• Aura123 on January 27, 2014, 10:57 GMT

    More cricket legends like Atherton need to come forward to save the lovely game of cricket

  • on January 27, 2014, 10:55 GMT

    true. i am shocked the ICC would come up with or endorse something like this. the proposal is against the interests of cricket in general. If BCCI wants a larger cut of the revenue, then give it to them. but why would you give any 3 or any single cricket board the power to decide who plays whom, when, and where?

  • No featured comments at the moment.

  • on January 27, 2014, 10:55 GMT

    true. i am shocked the ICC would come up with or endorse something like this. the proposal is against the interests of cricket in general. If BCCI wants a larger cut of the revenue, then give it to them. but why would you give any 3 or any single cricket board the power to decide who plays whom, when, and where?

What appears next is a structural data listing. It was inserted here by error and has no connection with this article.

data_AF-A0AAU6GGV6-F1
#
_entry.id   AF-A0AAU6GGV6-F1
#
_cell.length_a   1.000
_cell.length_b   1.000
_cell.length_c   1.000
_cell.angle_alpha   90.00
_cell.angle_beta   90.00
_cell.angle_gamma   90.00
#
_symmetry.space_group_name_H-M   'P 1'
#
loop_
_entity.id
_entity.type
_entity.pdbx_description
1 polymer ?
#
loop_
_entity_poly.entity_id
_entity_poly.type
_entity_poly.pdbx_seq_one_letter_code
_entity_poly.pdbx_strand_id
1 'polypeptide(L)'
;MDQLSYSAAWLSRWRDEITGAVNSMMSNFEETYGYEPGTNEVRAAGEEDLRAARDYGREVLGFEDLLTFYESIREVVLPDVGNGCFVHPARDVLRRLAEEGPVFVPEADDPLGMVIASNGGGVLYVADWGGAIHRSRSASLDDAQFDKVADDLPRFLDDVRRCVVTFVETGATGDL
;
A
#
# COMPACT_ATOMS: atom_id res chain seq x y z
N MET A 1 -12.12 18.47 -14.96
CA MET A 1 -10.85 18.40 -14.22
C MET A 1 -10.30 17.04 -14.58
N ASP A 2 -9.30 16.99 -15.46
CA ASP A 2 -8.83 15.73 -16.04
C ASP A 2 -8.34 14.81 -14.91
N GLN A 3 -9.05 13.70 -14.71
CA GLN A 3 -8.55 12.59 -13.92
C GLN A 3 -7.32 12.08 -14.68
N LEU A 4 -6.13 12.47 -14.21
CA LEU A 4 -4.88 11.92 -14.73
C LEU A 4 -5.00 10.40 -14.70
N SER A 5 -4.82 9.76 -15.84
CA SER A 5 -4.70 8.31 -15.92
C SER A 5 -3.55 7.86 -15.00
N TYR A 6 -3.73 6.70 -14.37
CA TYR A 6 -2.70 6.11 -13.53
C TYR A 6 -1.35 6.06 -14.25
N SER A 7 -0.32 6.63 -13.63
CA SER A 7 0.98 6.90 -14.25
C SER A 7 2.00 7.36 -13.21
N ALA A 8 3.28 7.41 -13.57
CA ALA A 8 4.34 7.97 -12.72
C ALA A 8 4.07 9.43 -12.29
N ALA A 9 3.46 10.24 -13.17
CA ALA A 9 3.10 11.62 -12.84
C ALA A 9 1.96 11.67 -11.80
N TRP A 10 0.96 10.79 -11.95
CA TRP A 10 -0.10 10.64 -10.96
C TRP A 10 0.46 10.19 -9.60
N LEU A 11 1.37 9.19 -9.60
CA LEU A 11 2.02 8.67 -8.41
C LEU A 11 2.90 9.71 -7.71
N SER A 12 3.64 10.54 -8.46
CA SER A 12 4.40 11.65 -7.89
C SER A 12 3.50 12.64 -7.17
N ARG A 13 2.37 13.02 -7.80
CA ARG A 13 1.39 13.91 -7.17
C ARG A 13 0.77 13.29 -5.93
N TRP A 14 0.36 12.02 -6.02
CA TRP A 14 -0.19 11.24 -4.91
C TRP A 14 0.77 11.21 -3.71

• Aura123 on January 27, 2014, 10:57 GMT

    More cricket legends like Atherton need to come forward to save the lovely game of cricket

  • A.SOFI on January 27, 2014, 11:00 GMT

    I think people are being blindfolded with the current economics of world cricket and are thinking of riches and not sport. What was the reason behind West Indian Greats coming to fore, It was not modern economics. Not to mention of teams of Jardin And Don . I think Atherton is correct about the fact that one can afford to be idealistic in sports. Do not make your goal to make individuals rich. Just make sports richer by encouraging more to play sport rather than shooing them away. What is happening in unfathomable. I still cannot believe it